James Laughlin, New Directions, and the Remaking of Ezra Pound

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Univ of Massachusetts Press, 2005 - Biography & Autobiography - 272 pages
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Although James Laughlin (1914-1997) came from one of Pittsburgh's leading steel-making families, his passions were literary rather than industrial--he wanted to be a poet. Laughlin was a freshman at Harvard when he traveled to Rapallo, Italy, in 1933 to meet Ezra Pound (1885-1972), and he returned the following year to enroll in the poet's "Ezuversity." Pound dismissed Laughlin's poetic talents, advising the wealthy young man to make himself over into a publisher. Laughlin did just that, founding New Directions Press in 1936.

For much of the 1930s prior to World War II, Laughlin and Pound were friends, business associates, collaborators, student and teacher, and even at times son and surrogate father. But Laughlin's investment in Pound--and their friendship--was severely tested by Pound's wartime propaganda broadcasts for Italian state radio, his capture and abortive trial for treason, and his thirteen-year stay as a mental patient in St. Elizabeth's Hospital. Following this scandal and disgrace, the reading public no longer wanted to buy Pound's books, and the critical establishment dismissed him as a Fascist crank.

Laughlin and New Directions responded by marketing Pound in such a way as to convince consumers that the poet's importance needed to be judged solely on aesthetic grounds, and that his political beliefs were irrelevant to his accomplishments as a pioneering literary artist. With Pound's encouragement, and despite the poet's oft-expressed opposition to the mixture of commerce and art, Laughlin used such marketing tools as advertising, the cultivation of friendly critics, and the development of the trade paperback to enhance Pound's reputation.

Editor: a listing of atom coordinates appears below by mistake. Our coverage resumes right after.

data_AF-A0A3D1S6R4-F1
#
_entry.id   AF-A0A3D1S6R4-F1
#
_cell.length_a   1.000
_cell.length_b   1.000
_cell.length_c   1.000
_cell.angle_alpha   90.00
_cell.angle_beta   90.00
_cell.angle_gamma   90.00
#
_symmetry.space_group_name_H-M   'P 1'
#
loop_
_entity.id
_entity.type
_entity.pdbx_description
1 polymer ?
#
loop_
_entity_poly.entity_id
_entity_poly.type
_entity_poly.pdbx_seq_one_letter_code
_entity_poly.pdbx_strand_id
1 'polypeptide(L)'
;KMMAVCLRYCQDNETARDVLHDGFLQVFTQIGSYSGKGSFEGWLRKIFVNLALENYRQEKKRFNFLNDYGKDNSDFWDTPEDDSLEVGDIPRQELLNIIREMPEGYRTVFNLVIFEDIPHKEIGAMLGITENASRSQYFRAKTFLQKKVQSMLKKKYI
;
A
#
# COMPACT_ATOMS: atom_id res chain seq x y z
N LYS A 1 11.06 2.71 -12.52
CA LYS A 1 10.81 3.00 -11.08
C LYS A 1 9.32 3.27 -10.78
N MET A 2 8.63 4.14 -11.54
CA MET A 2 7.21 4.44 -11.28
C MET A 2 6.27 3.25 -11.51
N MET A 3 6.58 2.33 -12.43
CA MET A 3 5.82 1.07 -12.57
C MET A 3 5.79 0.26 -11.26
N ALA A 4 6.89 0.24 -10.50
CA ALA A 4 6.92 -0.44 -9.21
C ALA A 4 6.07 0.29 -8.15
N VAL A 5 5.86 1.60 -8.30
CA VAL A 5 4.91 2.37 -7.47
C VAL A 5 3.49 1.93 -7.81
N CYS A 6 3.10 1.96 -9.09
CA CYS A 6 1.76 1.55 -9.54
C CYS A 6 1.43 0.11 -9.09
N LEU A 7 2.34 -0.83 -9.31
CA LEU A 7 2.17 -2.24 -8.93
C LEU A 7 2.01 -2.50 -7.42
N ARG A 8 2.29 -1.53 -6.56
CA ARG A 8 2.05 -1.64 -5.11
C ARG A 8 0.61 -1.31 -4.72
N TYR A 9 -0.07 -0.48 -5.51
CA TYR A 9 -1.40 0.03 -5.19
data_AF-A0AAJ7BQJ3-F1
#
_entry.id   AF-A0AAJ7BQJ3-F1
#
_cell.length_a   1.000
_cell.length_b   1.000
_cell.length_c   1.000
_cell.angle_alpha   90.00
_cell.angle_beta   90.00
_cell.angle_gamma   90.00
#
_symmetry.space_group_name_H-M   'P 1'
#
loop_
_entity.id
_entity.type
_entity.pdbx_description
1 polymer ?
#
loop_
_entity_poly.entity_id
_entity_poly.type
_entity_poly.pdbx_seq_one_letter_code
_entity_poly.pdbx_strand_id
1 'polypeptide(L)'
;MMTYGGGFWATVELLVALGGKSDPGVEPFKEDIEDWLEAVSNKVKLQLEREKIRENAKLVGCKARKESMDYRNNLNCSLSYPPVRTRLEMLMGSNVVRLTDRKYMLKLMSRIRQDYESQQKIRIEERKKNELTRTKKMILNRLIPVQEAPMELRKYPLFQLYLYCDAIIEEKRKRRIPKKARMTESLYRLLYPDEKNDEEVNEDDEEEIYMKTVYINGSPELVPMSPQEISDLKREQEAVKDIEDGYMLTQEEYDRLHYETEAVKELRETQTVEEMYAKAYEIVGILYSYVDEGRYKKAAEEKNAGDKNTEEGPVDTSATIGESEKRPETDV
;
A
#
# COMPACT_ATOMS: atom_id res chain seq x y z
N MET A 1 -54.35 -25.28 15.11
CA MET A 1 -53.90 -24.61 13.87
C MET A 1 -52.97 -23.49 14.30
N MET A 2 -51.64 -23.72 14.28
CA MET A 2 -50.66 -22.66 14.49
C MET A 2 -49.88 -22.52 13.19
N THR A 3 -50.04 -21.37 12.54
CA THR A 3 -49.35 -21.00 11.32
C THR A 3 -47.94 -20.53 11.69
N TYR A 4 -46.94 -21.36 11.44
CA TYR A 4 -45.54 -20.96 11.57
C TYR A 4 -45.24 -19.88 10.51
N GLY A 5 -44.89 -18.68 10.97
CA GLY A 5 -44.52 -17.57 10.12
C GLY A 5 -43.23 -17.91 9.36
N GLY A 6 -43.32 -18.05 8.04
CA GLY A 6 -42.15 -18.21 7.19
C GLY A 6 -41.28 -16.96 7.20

Drawing on a wide range of sources--including interviews with Laughlin and other New Directions staffers and published materials from numerous literary archives--Gregory Barnhisel tells the story of the personal and professional relationship between one of the twentieth century's most controversial writers and his loyal and innovative American publisher--a relationship that eventually helped remake literary history and continues to shape our understanding of modernism itself

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Pound and the Publishing Industry
Fighting the Enemy The Birth of New Directions
The Objective Perception of Value The Bollingen Award
Prying Apart Poetry and Politics
The Pound Era

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Page 9 - MS. The voice that issues from this Spirit is that Vox Populi which the Deity inspires. Foolish must he be who can mistake for this a local acclamation, or a transitory outcry — transitory though it be for years, local though from a Nation. Still more lamentable is his error who can believe that there is...
Page 9 - Works, it is this, - that every Author, as far as he is great and at the same time original, has had the task of creating the taste by which he is to be enjoyed: so has it been, so will it continue to be.
Page 10 - It is a metaphor, taken from a passive sense of the human body, and transferred to things which are in their essence not passive — to intellectual acts and operations.

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About the author (2005)

Gregory Barnhisel is assistant professor of English and director of the First-Year Writing Program at Duquesne University.

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